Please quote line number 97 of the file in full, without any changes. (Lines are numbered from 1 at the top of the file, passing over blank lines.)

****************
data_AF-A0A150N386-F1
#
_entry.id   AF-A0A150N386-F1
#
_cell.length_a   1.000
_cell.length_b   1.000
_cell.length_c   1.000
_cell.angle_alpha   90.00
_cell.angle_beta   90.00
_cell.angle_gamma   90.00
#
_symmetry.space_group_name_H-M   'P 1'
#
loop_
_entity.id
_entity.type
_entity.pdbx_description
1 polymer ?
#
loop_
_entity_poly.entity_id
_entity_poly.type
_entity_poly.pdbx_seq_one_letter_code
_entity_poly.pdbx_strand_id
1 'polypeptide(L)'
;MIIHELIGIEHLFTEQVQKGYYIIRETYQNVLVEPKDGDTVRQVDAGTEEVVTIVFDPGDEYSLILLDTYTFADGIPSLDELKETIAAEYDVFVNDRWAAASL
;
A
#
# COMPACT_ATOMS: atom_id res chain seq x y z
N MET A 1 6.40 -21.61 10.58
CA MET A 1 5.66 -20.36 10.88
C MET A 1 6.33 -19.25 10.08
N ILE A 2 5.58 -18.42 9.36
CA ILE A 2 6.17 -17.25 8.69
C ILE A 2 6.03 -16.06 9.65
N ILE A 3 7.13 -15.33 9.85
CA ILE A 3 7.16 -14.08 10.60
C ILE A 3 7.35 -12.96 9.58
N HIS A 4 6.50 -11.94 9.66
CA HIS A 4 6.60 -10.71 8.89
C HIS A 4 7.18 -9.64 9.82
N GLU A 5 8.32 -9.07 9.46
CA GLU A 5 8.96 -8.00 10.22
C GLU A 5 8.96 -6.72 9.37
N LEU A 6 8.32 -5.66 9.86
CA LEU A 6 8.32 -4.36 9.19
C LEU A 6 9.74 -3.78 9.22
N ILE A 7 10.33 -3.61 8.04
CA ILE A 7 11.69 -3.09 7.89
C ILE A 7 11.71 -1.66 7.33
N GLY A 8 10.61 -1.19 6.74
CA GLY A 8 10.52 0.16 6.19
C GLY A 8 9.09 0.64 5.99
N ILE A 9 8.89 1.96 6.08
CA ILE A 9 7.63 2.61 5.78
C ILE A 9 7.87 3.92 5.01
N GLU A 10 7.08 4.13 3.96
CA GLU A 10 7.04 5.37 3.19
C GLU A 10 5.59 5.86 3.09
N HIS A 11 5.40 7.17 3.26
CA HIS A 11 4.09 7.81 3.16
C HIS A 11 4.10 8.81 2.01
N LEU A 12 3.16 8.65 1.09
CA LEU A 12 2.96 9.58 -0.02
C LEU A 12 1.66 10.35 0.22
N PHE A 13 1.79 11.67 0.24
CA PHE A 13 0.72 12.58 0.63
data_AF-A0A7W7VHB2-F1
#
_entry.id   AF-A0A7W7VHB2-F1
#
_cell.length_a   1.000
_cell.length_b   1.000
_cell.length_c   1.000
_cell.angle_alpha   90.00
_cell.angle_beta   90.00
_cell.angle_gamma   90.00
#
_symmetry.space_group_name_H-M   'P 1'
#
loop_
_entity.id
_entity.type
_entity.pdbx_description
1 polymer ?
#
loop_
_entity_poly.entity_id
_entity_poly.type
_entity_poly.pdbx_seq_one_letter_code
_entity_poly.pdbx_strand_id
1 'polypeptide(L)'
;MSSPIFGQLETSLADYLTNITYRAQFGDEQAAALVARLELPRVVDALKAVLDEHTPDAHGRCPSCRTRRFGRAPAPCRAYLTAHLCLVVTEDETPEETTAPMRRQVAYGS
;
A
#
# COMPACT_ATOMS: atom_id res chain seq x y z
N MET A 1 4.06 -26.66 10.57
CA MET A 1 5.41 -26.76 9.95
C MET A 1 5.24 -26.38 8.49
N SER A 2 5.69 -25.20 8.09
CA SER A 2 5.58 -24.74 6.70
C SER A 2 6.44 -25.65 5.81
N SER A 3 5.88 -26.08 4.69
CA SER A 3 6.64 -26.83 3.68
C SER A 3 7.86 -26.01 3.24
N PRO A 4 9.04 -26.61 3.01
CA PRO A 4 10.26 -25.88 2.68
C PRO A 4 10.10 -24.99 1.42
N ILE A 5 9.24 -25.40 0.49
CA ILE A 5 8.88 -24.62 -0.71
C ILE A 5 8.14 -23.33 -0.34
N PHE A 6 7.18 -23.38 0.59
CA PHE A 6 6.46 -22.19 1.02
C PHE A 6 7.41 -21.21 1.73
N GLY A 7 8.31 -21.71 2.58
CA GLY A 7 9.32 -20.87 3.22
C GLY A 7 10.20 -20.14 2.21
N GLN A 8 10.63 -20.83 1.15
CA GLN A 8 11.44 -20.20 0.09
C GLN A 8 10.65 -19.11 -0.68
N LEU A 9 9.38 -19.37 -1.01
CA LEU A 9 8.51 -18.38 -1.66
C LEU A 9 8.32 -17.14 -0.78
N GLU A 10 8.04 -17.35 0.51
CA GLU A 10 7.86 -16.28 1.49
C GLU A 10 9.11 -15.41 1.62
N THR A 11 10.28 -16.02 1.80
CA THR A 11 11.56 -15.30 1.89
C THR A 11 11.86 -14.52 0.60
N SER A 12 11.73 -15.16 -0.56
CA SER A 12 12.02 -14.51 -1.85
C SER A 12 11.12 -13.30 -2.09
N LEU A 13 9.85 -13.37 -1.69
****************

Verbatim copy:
#